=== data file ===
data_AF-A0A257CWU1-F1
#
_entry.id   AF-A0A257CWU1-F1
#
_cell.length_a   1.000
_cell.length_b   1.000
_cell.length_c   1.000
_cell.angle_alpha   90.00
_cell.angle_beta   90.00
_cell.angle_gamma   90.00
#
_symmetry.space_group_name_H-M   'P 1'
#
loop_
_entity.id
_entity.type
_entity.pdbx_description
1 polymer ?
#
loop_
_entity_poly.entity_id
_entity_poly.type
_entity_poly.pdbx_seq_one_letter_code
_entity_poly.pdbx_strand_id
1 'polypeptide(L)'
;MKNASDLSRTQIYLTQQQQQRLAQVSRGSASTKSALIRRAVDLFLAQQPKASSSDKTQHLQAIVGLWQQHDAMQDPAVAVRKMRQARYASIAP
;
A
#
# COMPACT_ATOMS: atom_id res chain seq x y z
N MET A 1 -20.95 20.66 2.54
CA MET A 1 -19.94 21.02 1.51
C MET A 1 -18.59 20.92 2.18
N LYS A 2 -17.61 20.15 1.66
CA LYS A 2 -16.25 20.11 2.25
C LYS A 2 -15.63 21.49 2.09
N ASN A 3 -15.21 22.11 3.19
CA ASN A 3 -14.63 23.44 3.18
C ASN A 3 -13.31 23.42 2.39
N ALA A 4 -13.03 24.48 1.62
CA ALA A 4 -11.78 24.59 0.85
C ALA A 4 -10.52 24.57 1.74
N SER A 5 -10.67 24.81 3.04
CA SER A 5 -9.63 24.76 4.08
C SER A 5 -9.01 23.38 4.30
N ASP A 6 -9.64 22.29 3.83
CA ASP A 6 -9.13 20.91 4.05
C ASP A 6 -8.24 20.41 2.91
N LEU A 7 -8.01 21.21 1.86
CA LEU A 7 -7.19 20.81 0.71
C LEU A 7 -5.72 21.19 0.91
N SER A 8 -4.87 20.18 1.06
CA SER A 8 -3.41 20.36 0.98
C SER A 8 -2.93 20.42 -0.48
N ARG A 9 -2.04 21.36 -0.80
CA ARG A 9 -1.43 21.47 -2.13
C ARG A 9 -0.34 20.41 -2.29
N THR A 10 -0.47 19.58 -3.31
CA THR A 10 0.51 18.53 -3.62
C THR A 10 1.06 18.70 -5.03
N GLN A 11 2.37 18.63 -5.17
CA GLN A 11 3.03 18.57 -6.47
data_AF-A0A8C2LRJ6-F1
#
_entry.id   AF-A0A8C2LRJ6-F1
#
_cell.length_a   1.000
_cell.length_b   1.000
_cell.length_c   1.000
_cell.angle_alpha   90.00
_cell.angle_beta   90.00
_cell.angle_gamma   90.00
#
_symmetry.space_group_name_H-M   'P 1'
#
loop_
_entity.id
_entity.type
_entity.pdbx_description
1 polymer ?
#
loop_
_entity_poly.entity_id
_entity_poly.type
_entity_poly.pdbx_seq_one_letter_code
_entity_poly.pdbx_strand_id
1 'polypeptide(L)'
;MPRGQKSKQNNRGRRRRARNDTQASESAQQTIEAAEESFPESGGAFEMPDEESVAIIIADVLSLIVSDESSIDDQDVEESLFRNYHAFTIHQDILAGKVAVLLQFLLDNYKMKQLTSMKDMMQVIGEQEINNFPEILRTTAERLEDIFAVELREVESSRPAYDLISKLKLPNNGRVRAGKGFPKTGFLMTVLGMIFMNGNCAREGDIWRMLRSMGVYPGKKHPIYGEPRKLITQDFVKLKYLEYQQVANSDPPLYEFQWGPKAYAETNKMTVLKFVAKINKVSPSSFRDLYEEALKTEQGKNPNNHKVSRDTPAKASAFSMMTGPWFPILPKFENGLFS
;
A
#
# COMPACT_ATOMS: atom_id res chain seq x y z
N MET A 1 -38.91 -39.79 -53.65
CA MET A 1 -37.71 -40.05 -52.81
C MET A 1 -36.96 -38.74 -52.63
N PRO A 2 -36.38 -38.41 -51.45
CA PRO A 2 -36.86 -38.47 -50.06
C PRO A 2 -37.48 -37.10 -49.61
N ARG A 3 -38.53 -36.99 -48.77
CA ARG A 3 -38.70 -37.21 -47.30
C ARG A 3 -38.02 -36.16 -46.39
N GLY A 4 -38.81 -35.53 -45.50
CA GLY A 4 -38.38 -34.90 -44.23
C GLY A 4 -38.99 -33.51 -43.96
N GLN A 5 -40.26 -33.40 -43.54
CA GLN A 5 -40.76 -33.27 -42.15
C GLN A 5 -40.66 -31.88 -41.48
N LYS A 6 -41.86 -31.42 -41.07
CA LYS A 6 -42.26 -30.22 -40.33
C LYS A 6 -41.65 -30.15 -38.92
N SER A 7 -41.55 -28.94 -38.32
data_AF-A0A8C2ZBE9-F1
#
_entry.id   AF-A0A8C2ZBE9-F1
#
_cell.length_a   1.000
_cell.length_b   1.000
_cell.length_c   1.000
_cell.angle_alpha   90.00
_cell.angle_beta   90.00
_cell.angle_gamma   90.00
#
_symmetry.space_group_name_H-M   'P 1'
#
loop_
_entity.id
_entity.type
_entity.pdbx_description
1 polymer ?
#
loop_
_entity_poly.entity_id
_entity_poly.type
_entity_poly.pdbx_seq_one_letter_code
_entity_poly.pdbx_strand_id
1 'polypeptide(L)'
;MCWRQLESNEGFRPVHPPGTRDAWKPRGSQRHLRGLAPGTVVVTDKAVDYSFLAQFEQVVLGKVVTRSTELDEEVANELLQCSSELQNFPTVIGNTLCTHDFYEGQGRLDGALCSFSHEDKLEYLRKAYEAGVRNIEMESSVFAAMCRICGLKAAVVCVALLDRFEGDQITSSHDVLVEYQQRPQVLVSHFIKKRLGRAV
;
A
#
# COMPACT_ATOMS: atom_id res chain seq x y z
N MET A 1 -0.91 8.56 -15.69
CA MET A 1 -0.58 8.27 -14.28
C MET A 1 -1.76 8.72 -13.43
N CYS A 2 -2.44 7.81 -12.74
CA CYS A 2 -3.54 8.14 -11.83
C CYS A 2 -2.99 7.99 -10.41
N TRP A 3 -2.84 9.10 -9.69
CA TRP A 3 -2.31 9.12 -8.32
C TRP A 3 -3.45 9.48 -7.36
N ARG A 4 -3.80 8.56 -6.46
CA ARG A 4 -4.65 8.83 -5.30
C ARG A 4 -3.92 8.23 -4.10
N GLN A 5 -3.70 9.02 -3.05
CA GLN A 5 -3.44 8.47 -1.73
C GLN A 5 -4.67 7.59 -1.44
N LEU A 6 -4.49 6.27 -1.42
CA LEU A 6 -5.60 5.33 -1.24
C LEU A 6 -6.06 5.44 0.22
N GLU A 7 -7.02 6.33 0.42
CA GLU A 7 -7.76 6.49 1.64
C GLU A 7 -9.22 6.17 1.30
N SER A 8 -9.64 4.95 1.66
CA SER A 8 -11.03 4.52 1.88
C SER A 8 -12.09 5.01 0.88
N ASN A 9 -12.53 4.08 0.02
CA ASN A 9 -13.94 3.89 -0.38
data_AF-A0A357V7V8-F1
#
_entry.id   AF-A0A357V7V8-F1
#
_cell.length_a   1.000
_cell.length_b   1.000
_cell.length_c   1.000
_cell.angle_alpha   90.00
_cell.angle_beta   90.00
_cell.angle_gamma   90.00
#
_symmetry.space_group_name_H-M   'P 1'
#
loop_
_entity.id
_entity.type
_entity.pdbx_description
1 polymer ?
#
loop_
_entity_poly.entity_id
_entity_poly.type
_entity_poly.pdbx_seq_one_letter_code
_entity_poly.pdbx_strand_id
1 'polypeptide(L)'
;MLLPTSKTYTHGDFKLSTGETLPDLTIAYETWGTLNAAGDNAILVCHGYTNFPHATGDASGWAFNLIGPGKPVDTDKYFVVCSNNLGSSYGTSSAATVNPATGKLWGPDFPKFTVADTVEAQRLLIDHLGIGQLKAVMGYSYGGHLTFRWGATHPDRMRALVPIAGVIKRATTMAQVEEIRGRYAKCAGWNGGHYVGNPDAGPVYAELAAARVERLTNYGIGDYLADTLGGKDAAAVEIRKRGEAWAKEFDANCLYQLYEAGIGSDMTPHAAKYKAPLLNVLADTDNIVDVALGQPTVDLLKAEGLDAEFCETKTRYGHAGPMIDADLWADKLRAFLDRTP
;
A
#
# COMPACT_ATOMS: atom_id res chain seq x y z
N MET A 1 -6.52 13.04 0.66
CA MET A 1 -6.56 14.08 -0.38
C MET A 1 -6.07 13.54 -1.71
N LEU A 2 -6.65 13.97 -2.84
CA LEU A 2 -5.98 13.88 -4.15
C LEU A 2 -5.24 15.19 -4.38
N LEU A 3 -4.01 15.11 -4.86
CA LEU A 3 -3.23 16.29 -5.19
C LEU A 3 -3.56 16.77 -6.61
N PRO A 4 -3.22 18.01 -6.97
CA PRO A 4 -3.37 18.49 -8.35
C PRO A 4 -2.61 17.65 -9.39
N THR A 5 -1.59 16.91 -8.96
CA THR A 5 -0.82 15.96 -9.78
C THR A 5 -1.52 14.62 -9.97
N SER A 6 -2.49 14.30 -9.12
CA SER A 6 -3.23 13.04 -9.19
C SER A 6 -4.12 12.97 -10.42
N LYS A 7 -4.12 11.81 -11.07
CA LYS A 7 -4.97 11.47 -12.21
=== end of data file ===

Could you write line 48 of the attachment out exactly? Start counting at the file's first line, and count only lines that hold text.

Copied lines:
C ASP A 6 -8.24 20.41 2.91